Oh Sean, dear Sean, author of “Waiting” (Intima, Spring 2017), I have been in that same waiting room, paced in the wings of limbo where you want the thousand pinpricks of not-knowing to end, but please don’t let it end that way. Make it be a different story. Make it not be the ending I could not bear.
What your piece managed to do so well was make those feelings leap out of your stuttering heart and onto the page, to let us know what it feels like to have your heart turn over a million miles a second. Your piece was, by its very nature, a melancholy song and yet, it was also so full of love for your mother. Brimming over. How can we know how much we love someone until that ground-giving-way moment when we’re told, wait for it, death may be coming for them.
I think the point of connection and recognition between Sean’s fictional piece and my essay “Into the Arms of Strangers” (Fall 2017 Intima) is that for a year and half I hovered in those waiting rooms for my sister. Alone, in a city where we knew no one,and where she and I were taken into arms of strangers.
No one, not even someone you love, can fill the hollowness. Still you cannot walk this alone. You need a witness, an errand goer, a soft presence, a light in the hallway. Someone who brings you tea or clean clothes, whose eyes will look back into yours.
When I looked up from all the waiting rooms, I found a communion of once-strangers waiting to help me. Some were caretakers from the hospital, others volunteers or new neighbors in our little rental apartment. A presence when we needed them, withdrawing when we didn’t. But always ready to be there. All during the waiting, they sustained me and lit the days. Otherwise, it would have been just fog and ice.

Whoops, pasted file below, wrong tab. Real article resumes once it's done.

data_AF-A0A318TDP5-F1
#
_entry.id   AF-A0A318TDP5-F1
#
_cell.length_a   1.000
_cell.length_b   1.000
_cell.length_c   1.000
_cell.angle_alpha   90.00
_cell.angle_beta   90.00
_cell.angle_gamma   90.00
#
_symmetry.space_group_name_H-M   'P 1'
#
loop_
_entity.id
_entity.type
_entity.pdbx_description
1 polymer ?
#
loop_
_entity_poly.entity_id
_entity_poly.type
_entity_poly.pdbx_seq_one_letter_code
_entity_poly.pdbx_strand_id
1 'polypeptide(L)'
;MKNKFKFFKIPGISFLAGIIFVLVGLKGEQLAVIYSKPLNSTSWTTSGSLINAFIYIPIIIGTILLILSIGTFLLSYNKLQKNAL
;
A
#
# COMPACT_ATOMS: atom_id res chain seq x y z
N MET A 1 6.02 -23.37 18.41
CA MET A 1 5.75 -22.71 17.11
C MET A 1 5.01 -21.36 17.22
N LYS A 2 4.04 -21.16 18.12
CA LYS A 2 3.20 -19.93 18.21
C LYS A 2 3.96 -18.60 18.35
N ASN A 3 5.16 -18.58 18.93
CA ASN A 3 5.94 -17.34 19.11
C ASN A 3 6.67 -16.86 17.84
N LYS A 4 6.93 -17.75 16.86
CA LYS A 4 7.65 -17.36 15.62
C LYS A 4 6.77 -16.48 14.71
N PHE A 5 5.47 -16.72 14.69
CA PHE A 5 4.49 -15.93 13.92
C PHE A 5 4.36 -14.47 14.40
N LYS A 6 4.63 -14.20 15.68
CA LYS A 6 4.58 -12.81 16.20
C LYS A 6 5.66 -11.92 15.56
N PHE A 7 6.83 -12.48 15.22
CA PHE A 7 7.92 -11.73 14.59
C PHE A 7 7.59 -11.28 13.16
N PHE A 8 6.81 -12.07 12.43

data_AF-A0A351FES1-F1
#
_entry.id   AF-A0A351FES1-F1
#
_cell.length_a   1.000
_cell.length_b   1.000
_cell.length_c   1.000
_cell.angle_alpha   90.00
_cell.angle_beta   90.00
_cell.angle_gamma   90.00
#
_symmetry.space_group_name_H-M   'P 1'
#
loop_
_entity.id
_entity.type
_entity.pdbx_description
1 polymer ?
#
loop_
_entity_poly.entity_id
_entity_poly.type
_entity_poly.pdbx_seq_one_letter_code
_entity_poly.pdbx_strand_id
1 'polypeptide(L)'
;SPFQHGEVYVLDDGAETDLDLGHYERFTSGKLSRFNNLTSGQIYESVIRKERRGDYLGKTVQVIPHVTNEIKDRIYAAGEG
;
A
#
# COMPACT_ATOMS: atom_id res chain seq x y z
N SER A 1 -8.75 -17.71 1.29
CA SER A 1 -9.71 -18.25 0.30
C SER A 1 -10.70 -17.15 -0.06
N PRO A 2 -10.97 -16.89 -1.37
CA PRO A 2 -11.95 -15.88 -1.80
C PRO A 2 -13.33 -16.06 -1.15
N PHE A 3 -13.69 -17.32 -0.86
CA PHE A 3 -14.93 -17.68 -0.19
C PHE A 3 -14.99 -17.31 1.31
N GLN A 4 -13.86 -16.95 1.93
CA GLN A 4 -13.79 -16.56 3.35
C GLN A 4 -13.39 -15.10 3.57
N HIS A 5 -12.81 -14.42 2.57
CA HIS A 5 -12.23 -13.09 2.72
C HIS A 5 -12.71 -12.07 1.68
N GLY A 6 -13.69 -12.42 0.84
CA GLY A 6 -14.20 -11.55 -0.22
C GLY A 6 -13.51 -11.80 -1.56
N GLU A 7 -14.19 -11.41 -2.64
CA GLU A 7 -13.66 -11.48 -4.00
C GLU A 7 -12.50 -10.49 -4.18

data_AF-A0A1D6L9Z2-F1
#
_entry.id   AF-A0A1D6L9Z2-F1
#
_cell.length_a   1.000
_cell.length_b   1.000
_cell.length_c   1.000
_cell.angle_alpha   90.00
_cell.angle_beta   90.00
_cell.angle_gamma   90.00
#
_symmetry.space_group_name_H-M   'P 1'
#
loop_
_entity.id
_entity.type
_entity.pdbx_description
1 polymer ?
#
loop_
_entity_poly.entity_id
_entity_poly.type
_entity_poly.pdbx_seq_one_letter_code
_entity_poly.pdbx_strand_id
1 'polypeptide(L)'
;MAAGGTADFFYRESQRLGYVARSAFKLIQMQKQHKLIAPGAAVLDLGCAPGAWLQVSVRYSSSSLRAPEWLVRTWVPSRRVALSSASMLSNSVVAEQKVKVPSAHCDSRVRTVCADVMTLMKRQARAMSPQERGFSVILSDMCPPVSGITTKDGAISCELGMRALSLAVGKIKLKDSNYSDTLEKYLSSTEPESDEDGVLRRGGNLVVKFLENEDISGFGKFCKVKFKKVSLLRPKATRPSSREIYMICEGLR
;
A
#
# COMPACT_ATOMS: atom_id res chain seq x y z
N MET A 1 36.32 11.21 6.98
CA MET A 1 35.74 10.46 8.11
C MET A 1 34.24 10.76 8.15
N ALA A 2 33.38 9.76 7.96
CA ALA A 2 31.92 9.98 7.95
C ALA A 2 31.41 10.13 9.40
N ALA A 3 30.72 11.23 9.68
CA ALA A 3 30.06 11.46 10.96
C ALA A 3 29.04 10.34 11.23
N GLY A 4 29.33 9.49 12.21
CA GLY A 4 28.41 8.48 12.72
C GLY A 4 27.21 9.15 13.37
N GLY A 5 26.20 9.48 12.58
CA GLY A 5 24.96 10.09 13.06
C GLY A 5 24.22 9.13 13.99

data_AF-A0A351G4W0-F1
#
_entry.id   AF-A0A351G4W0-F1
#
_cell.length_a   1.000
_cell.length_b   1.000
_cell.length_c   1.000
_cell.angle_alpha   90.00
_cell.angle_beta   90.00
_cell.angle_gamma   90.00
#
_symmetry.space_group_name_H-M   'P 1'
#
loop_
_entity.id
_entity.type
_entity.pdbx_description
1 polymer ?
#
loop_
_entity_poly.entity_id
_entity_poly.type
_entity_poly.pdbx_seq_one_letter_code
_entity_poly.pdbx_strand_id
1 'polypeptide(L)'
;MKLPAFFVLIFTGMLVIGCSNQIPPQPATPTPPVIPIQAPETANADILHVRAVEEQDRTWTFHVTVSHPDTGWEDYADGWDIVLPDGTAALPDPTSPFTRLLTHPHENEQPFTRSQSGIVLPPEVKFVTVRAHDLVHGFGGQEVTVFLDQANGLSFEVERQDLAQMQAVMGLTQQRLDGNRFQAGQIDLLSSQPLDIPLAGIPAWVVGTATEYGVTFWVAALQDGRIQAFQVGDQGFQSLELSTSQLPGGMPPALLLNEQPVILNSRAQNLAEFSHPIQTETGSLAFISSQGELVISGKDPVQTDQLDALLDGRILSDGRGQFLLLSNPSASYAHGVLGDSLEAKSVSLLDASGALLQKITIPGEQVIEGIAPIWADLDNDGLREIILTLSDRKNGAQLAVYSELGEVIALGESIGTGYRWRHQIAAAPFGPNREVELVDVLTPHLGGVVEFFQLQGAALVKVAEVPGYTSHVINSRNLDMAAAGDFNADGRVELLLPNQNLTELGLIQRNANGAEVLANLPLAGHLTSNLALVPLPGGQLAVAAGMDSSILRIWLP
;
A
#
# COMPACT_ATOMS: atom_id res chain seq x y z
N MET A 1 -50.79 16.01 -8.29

To those who see us in those waiting rooms, be you a friend or a stranger, you cannot change the ending, you cannot placate the ambivalence of our waiting, but do not look away. We need to know you are there. Say nothing, say something, it doesn’t matter. What matters is that we know a hand will be there for us when we are ready to reach for it. That human kindness will be there when all else seems to have been lost.
Sara Lukinson is a three-time Emmy award winning writer and documentary filmmaker best known for her biographical films of artists, including the films she produced for the “Kennedy Center Honors” for thirty years. Her work has been featured on network specials, PBS and HBO. She’s written for many national cultural events including New York City’s annual 9/11 Ceremonies at Ground Zero and edited “September Morning,” a collection of the poetry she used in the 9/ll Ceremonies. Her personal essays have appeared in the New York Times, the Washington Post, and Nexttribe. She will be teaching a course at NYU in reading autobiography, what she calls, inside the heart and soul of another. She lives in New York City.
© 2017 Intima: A Journal of Narrative Medicine